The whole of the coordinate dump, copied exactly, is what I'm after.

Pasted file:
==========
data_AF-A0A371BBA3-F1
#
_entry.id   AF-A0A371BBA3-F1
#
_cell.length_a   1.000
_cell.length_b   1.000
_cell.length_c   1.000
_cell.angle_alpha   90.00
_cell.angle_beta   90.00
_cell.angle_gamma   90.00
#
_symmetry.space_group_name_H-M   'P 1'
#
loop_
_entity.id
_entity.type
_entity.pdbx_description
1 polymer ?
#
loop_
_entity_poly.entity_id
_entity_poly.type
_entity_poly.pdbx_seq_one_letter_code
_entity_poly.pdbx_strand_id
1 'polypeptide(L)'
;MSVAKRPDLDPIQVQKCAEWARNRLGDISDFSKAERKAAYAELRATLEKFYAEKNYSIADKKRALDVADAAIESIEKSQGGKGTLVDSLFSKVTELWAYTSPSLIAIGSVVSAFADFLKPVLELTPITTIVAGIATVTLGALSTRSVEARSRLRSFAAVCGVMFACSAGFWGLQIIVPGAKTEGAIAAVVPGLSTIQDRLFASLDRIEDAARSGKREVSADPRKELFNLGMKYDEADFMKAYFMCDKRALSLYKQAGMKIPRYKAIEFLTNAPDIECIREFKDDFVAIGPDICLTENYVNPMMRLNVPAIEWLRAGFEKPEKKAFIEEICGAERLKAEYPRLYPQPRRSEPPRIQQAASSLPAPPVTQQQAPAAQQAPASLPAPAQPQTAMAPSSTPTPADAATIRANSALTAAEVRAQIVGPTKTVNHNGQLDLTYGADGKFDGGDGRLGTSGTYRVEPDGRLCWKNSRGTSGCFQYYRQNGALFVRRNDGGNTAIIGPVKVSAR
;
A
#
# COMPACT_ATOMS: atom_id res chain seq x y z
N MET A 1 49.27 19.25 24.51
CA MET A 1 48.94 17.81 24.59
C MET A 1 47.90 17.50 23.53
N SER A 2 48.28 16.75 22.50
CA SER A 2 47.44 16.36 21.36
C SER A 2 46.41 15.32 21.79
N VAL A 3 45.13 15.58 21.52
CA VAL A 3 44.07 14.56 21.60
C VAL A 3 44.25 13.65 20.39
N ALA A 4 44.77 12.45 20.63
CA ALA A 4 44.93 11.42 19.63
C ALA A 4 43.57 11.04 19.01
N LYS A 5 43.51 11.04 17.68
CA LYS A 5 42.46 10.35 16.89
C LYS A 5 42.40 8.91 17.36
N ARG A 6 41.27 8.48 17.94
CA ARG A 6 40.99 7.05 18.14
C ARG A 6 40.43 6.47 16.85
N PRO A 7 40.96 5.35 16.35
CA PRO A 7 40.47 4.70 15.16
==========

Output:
data_AF-A0A371BBA3-F1
#
_entry.id   AF-A0A371BBA3-F1
#
_cell.length_a   1.000
_cell.length_b   1.000
_cell.length_c   1.000
_cell.angle_alpha   90.00
_cell.angle_beta   90.00
_cell.angle_gamma   90.00
#
_symmetry.space_group_name_H-M   'P 1'
#
loop_
_entity.id
_entity.type
_entity.pdbx_description
1 polymer ?
#
loop_
_entity_poly.entity_id
_entity_poly.type
_entity_poly.pdbx_seq_one_letter_code
_entity_poly.pdbx_strand_id
1 'polypeptide(L)'
;MSVAKRPDLDPIQVQKCAEWARNRLGDISDFSKAERKAAYAELRATLEKFYAEKNYSIADKKRALDVADAAIESIEKSQGGKGTLVDSLFSKVTELWAYTSPSLIAIGSVVSAFADFLKPVLELTPITTIVAGIATVTLGALSTRSVEARSRLRSFAAVCGVMFACSAGFWGLQIIVPGAKTEGAIAAVVPGLSTIQDRLFASLDRIEDAARSGKREVSADPRKELFNLGMKYDEADFMKAYFMCDKRALSLYKQAGMKIPRYKAIEFLTNAPDIECIREFKDDFVAIGPDICLTENYVNPMMRLNVPAIEWLRAGFEKPEKKAFIEEICGAERLKAEYPRLYPQPRRSEPPRIQQAASSLPAPPVTQQQAPAAQQAPASLPAPAQPQTAMAPSSTPTPADAATIRANSALTAAEVRAQIVGPTKTVNHNGQLDLTYGADGKFDGGDGRLGTSGTYRVEPDGRLCWKNSRGTSGCFQYYRQNGALFVRRNDGGNTAIIGPVKVSAR
;
A
#
# COMPACT_ATOMS: atom_id res chain seq x y z
N MET A 1 49.27 19.25 24.51
CA MET A 1 48.94 17.81 24.59
C MET A 1 47.90 17.50 23.53
N SER A 2 48.28 16.75 22.50
CA SER A 2 47.44 16.36 21.36
C SER A 2 46.41 15.32 21.79
N VAL A 3 45.13 15.58 21.52
CA VAL A 3 44.07 14.56 21.60
C VAL A 3 44.25 13.65 20.39
N ALA A 4 44.77 12.45 20.63
CA ALA A 4 44.93 11.42 19.63
C ALA A 4 43.57 11.04 19.01
N LYS A 5 43.51 11.04 17.68
CA LYS A 5 42.46 10.35 16.89
C LYS A 5 42.40 8.91 17.36
N ARG A 6 41.27 8.48 17.94
CA ARG A 6 40.99 7.05 18.14
C ARG A 6 40.43 6.47 16.85
N PRO A 7 40.96 5.35 16.35
CA PRO A 7 40.47 4.70 15.16